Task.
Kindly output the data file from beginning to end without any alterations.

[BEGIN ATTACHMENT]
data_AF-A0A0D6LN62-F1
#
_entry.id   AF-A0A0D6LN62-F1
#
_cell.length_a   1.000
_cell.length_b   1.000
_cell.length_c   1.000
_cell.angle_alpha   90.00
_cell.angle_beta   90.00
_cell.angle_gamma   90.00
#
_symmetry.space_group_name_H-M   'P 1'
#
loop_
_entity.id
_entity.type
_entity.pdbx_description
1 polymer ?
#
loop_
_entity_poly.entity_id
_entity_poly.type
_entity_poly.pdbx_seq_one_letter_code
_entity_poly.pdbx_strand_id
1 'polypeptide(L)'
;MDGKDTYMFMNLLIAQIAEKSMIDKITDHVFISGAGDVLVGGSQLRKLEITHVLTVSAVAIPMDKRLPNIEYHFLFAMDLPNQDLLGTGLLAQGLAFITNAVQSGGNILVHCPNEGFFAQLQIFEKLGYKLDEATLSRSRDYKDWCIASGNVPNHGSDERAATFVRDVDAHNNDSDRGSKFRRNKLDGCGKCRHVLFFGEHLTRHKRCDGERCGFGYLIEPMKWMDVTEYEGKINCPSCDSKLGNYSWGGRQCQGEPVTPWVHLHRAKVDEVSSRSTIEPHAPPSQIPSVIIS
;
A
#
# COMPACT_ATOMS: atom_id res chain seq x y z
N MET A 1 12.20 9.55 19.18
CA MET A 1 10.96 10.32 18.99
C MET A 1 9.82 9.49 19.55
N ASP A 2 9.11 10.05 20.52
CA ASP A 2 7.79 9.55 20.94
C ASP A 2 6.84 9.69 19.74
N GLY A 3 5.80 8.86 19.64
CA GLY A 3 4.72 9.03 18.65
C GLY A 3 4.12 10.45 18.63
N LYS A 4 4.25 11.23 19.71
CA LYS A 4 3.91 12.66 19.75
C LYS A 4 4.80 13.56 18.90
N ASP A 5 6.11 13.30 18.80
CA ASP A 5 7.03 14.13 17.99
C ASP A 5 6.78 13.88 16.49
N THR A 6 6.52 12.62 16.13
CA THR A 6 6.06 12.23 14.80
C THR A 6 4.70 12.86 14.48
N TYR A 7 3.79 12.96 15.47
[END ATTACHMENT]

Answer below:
data_AF-A0A0D6LN62-F1
#
_entry.id   AF-A0A0D6LN62-F1
#
_cell.length_a   1.000
_cell.length_b   1.000
_cell.length_c   1.000
_cell.angle_alpha   90.00
_cell.angle_beta   90.00
_cell.angle_gamma   90.00
#
_symmetry.space_group_name_H-M   'P 1'
#
loop_
_entity.id
_entity.type
_entity.pdbx_description
1 polymer ?
#
loop_
_entity_poly.entity_id
_entity_poly.type
_entity_poly.pdbx_seq_one_letter_code
_entity_poly.pdbx_strand_id
1 'polypeptide(L)'
;MDGKDTYMFMNLLIAQIAEKSMIDKITDHVFISGAGDVLVGGSQLRKLEITHVLTVSAVAIPMDKRLPNIEYHFLFAMDLPNQDLLGTGLLAQGLAFITNAVQSGGNILVHCPNEGFFAQLQIFEKLGYKLDEATLSRSRDYKDWCIASGNVPNHGSDERAATFVRDVDAHNNDSDRGSKFRRNKLDGCGKCRHVLFFGEHLTRHKRCDGERCGFGYLIEPMKWMDVTEYEGKINCPSCDSKLGNYSWGGRQCQGEPVTPWVHLHRAKVDEVSSRSTIEPHAPPSQIPSVIIS
;
A
#
# COMPACT_ATOMS: atom_id res chain seq x y z
N MET A 1 12.20 9.55 19.18
CA MET A 1 10.96 10.32 18.99
C MET A 1 9.82 9.49 19.55
N ASP A 2 9.11 10.05 20.52
CA ASP A 2 7.79 9.55 20.94
C ASP A 2 6.84 9.69 19.74
N GLY A 3 5.80 8.86 19.64
CA GLY A 3 4.72 9.03 18.65
C GLY A 3 4.12 10.45 18.63
N LYS A 4 4.25 11.23 19.71
CA LYS A 4 3.91 12.66 19.75
C LYS A 4 4.80 13.56 18.90
N ASP A 5 6.11 13.30 18.80
CA ASP A 5 7.03 14.13 17.99
C ASP A 5 6.78 13.88 16.49
N THR A 6 6.52 12.62 16.13
CA THR A 6 6.06 12.23 14.80
C THR A 6 4.70 12.86 14.48
N TYR A 7 3.79 12.96 15.47